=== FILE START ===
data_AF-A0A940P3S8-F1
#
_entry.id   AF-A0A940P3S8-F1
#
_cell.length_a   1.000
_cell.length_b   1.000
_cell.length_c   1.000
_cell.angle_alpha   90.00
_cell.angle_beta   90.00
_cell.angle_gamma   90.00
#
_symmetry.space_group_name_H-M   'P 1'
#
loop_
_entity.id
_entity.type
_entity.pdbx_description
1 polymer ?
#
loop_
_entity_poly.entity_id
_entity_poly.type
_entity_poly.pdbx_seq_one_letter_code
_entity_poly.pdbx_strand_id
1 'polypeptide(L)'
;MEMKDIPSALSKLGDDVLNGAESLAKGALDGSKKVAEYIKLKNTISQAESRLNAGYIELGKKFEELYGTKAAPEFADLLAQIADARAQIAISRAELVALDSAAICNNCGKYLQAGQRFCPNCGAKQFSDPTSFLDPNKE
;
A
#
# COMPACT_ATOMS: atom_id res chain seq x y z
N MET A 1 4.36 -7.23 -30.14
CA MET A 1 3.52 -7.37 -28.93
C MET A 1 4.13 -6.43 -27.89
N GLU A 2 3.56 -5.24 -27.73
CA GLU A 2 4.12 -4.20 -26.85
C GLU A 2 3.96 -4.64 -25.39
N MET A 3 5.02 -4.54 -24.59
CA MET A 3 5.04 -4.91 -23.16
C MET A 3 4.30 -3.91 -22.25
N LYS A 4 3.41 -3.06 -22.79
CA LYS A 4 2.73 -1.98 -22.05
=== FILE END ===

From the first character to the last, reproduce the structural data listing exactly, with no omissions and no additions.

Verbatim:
data_AF-A0A940P3S8-F1
#
_entry.id   AF-A0A940P3S8-F1
#
_cell.length_a   1.000
_cell.length_b   1.000
_cell.length_c   1.000
_cell.angle_alpha   90.00
_cell.angle_beta   90.00
_cell.angle_gamma   90.00
#
_symmetry.space_group_name_H-M   'P 1'
#
loop_
_entity.id
_entity.type
_entity.pdbx_description
1 polymer ?
#
loop_
_entity_poly.entity_id
_entity_poly.type
_entity_poly.pdbx_seq_one_letter_code
_entity_poly.pdbx_strand_id
1 'polypeptide(L)'
;MEMKDIPSALSKLGDDVLNGAESLAKGALDGSKKVAEYIKLKNTISQAESRLNAGYIELGKKFEELYGTKAAPEFADLLAQIADARAQIAISRAELVALDSAAICNNCGKYLQAGQRFCPNCGAKQFSDPTSFLDPNKE
;
A
#
# COMPACT_ATOMS: atom_id res chain seq x y z
N MET A 1 4.36 -7.23 -30.14
CA MET A 1 3.52 -7.37 -28.93
C MET A 1 4.13 -6.43 -27.89
N GLU A 2 3.56 -5.24 -27.73
CA GLU A 2 4.12 -4.20 -26.85
C GLU A 2 3.96 -4.64 -25.39
N MET A 3 5.02 -4.54 -24.59
CA MET A 3 5.04 -4.91 -23.16
C MET A 3 4.30 -3.91 -22.25
N LYS A 4 3.41 -3.06 -22.79
CA LYS A 4 2.73 -1.98 -22.05